New York may be the 11th state to legalize the recreational use of marijuana. This month at Senator James Sanders Jr.’s Community Clergy Breakfast held on March 21, 2019 at the Springfield Gardens Church of the Nazarene, he invited subject matter experts and all faith-based leaders to discuss the health, public safety, and economic impact of legalizing marijuana.
Senator Sanders supports the decriminalization, but not the legalization, of marijuana.
“I have seen first-hand what drugs do to the community, and I could not in good faith vote yes on the legalization of marijuana," Sanders said. “If this passes, then what? We are going to have to figure out a bunch of stuff. This thing is going to change your life whether you want it to or not. You are going to have to fight for regulations, so that they don’t put a dispensary next to your church. Imagine that.”
“We are facing a paradigm shift and when that happens you have to pay attention to how words change,” Sanders continued. "It’s not pot anymore, its cannabis. There are no dealers. There are no pushers. We have dispensaries. The government is the dealer.”
The special guest speakers were representatives from Smart Approaches to Marijuana (SAM), a bi-partisan, non-profit organization opposed to marijuana legalization and commercialization, which works with local, state, and federal legislators to create policies that decrease marijuana use.
SAM believes that the legalization of marijuana is ineffective and counterproductive and does not address the war on drugs or inequalities in social justice. Rather, they assert that “Big Cannabis” will mirror “Big Tobacco” and will focus on profits, benefiting already wealthy people and special interest groups to the detriment of public health and safety.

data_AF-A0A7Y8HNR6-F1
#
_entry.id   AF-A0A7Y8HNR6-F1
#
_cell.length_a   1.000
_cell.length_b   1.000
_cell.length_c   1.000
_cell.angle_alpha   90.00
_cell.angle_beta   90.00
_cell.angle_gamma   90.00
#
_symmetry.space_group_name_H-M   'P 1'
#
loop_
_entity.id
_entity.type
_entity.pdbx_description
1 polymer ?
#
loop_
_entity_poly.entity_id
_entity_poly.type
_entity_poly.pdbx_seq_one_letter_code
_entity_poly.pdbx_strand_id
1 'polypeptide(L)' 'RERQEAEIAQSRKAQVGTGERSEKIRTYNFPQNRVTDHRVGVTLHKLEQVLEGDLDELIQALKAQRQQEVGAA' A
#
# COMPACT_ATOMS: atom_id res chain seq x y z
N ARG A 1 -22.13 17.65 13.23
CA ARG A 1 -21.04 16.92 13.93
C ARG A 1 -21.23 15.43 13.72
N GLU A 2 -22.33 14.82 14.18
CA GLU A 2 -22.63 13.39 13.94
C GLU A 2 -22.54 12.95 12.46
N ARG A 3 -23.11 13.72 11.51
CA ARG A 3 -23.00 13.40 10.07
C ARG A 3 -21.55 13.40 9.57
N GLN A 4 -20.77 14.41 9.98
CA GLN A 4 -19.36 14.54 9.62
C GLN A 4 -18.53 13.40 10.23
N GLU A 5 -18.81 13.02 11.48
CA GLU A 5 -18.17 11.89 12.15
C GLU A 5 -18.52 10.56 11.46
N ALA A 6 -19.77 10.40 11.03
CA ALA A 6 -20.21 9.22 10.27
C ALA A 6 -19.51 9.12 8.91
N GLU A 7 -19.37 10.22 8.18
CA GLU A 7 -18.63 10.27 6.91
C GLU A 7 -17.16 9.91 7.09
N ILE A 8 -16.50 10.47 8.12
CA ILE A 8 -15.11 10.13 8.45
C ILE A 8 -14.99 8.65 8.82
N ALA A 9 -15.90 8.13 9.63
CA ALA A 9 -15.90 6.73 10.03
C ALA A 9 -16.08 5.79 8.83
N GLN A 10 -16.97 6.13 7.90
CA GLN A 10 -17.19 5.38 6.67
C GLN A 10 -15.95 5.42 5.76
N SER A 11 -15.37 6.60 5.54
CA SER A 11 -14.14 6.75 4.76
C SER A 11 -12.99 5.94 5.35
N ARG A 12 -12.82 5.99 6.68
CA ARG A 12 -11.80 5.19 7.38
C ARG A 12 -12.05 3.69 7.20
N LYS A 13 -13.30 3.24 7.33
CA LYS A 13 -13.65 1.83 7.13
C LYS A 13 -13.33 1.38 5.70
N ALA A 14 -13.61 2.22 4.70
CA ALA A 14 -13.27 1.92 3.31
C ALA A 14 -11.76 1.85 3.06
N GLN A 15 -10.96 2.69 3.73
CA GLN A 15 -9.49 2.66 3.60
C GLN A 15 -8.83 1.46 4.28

The taxes from marijuana sales will be only a very small part of New York’s revenue, about 0.17 percent, according to Kevin Sabet, President and CEO, of SAM, noting that this minuscule amount of money will not benefit schools, roads, transportation, or create lower taxes. It is "addiction for profit," he said, just as the scenario with gambling, tobacco, alcohol and pharmaceuticals.
In other states where marijuana is legal, the black market continues to grow, Sabet said. There is also, what he called the “grey market,” where people buy marijuana legally in other states with lower taxes and then sell it illegally in other states, with higher taxes, at a marked down price, similarly to what currently happens with tobacco.
“There is a tremendous underground market that does not go away with legalization,” Sabet said. “You are not going to have a permit to grow marijuana after legalization; it’s only going to be a chosen few.”
We would like to thank Banner International Corporation for sponsoring the event, and Springfield Gardens Church of the Nazarene for allowing us to use their space.
To continue the conversation, join us for a community discussion on this topic, which will be held on April 6, 2019 from 1:30 p.m. to 3:30 p.m. at the Black Spectrum Theatre, located inside Roy Wilkins Park, at 177-01 Baisley Boulevard, Jamaica, NY 11434. To RSVP, please call Senator Sanders' Office at 718-523-3069 or 718-327-7017.